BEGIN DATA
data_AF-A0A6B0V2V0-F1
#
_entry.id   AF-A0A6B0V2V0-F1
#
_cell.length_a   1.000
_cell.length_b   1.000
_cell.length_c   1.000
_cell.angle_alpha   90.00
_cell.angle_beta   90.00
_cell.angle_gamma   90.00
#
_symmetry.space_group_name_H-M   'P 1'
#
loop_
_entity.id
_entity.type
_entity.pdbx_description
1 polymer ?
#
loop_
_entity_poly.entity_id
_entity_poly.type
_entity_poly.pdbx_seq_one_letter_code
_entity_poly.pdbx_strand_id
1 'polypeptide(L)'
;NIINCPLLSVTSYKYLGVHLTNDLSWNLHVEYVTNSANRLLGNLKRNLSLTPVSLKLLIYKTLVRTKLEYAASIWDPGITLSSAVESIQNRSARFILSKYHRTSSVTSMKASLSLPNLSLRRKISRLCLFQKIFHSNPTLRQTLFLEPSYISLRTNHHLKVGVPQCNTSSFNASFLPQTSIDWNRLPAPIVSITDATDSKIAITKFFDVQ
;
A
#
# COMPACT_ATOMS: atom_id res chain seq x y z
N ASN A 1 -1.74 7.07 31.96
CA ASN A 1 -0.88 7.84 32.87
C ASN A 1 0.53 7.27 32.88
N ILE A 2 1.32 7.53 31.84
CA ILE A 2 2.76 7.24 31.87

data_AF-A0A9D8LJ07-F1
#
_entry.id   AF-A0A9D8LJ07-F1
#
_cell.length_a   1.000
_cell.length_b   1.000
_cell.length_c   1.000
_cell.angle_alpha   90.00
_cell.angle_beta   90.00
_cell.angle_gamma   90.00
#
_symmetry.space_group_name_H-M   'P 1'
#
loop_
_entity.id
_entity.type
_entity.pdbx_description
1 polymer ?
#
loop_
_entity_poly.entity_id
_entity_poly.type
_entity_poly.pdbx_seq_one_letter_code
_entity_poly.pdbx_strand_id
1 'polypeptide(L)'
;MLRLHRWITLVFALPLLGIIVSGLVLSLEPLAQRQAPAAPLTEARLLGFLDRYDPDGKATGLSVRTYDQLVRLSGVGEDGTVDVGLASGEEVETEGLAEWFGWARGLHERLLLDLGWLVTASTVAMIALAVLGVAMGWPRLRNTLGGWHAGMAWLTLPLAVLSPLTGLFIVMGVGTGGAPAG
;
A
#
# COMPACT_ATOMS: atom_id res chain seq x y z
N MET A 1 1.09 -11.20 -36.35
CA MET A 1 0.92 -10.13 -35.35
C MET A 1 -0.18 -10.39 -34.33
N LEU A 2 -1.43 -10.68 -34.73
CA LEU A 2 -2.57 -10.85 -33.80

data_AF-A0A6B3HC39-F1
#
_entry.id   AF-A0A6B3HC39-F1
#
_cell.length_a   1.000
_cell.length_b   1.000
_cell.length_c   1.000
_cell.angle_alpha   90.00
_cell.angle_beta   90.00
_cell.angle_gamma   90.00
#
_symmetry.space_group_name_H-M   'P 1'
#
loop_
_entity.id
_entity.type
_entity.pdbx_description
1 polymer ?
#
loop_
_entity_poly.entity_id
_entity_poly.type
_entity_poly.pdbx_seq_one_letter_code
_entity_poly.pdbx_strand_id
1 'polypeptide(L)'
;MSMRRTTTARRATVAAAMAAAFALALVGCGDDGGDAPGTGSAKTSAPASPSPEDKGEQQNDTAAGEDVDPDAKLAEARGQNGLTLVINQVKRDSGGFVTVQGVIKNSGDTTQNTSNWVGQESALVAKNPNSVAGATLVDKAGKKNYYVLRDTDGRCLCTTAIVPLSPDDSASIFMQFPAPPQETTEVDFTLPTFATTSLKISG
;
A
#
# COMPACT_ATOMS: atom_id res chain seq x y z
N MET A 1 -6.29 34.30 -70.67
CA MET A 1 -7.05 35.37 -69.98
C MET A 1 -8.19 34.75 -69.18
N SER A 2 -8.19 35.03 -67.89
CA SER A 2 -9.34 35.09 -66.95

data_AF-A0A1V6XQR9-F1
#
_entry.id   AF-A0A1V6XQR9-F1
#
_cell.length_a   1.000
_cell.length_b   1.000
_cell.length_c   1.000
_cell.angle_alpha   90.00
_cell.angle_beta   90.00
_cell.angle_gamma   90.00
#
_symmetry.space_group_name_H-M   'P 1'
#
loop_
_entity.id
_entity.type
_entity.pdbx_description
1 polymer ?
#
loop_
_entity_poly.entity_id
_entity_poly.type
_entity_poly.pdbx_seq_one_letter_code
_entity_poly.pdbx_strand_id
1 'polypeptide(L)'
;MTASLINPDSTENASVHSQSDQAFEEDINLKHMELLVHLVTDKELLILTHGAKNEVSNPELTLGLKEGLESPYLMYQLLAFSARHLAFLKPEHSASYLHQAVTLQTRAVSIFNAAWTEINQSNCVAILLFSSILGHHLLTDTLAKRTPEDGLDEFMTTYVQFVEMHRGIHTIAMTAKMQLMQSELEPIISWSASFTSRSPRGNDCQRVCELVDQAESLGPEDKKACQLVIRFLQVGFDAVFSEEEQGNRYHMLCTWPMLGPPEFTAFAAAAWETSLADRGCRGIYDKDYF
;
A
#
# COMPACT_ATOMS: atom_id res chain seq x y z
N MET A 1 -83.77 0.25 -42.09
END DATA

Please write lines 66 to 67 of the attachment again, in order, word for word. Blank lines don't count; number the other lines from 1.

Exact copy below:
N MET A 1 1.09 -11.20 -36.35
CA MET A 1 0.92 -10.13 -35.35